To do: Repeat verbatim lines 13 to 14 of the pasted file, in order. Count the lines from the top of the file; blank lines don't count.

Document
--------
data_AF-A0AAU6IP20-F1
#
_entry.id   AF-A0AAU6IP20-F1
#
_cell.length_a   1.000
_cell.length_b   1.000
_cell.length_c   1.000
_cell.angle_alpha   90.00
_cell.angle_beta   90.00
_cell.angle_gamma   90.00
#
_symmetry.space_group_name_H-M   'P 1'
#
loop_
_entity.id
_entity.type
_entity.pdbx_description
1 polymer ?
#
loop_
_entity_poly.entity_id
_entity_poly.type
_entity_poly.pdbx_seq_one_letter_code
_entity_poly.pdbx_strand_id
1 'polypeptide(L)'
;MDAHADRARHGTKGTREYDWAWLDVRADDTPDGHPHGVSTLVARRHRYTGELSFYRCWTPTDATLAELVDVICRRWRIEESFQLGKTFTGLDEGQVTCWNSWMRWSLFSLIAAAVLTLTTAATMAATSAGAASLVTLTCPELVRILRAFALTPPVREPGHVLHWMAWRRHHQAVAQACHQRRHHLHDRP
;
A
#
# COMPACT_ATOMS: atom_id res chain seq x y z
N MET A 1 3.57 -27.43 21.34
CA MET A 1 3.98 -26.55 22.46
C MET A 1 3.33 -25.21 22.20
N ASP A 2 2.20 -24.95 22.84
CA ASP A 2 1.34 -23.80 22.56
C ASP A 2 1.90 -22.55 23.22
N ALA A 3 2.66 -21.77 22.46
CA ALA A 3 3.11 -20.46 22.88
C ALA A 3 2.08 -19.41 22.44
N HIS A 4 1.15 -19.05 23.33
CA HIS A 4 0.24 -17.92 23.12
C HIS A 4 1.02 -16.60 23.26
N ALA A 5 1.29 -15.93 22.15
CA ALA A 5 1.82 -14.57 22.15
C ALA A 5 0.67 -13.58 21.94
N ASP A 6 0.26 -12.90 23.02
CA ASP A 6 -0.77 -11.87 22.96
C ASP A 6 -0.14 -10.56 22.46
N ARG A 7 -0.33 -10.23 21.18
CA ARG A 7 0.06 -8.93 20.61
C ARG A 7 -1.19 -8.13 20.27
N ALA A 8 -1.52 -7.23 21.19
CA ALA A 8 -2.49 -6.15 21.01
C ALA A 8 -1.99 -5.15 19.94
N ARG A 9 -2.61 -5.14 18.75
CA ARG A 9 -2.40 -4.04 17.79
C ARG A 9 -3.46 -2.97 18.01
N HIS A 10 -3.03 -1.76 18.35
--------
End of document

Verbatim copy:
#
loop_